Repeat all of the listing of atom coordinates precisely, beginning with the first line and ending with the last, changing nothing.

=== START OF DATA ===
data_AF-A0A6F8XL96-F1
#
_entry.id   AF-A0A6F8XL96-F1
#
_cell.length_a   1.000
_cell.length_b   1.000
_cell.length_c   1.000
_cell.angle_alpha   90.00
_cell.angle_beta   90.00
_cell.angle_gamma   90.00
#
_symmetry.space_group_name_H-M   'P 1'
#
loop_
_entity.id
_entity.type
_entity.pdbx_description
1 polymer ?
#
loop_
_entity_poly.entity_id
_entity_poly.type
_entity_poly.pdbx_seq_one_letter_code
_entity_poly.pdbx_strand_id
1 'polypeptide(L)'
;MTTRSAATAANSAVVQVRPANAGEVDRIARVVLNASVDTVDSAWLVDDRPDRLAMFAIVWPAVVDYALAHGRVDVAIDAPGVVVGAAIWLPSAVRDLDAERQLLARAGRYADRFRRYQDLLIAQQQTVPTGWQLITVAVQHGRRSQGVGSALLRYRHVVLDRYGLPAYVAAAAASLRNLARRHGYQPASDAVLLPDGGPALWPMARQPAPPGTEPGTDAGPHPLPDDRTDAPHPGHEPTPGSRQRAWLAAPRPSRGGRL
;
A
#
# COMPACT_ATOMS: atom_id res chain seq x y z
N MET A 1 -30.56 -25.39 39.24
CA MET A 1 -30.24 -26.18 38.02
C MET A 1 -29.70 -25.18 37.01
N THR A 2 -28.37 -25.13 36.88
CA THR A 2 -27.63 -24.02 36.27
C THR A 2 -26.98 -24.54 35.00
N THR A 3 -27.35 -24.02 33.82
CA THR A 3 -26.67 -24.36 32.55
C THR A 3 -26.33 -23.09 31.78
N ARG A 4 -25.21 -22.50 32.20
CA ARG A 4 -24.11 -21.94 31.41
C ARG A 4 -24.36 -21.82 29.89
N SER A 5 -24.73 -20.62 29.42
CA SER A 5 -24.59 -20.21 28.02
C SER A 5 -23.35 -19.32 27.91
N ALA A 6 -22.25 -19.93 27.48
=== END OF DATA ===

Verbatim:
data_AF-A0A6F8XL96-F1
#
_entry.id   AF-A0A6F8XL96-F1
#
_cell.length_a   1.000
_cell.length_b   1.000
_cell.length_c   1.000
_cell.angle_alpha   90.00
_cell.angle_beta   90.00
_cell.angle_gamma   90.00
#
_symmetry.space_group_name_H-M   'P 1'
#
loop_
_entity.id
_entity.type
_entity.pdbx_description
1 polymer ?
#
loop_
_entity_poly.entity_id
_entity_poly.type
_entity_poly.pdbx_seq_one_letter_code
_entity_poly.pdbx_strand_id
1 'polypeptide(L)'
;MTTRSAATAANSAVVQVRPANAGEVDRIARVVLNASVDTVDSAWLVDDRPDRLAMFAIVWPAVVDYALAHGRVDVAIDAPGVVVGAAIWLPSAVRDLDAERQLLARAGRYADRFRRYQDLLIAQQQTVPTGWQLITVAVQHGRRSQGVGSALLRYRHVVLDRYGLPAYVAAAAASLRNLARRHGYQPASDAVLLPDGGPALWPMARQPAPPGTEPGTDAGPHPLPDDRTDAPHPGHEPTPGSRQRAWLAAPRPSRGGRL
;
A
#
# COMPACT_ATOMS: atom_id res chain seq x y z
N MET A 1 -30.56 -25.39 39.24
CA MET A 1 -30.24 -26.18 38.02
C MET A 1 -29.70 -25.18 37.01
N THR A 2 -28.37 -25.13 36.88
CA THR A 2 -27.63 -24.02 36.27
C THR A 2 -26.98 -24.54 35.00
N THR A 3 -27.35 -24.02 33.82
CA THR A 3 -26.67 -24.36 32.55
C THR A 3 -26.33 -23.09 31.78
N ARG A 4 -25.21 -22.50 32.20
CA ARG A 4 -24.11 -21.94 31.41
C ARG A 4 -24.36 -21.82 29.89
N SER A 5 -24.73 -20.62 29.42
CA SER A 5 -24.59 -20.21 28.02
C SER A 5 -23.35 -19.32 27.91
N ALA A 6 -22.25 -19.93 27.48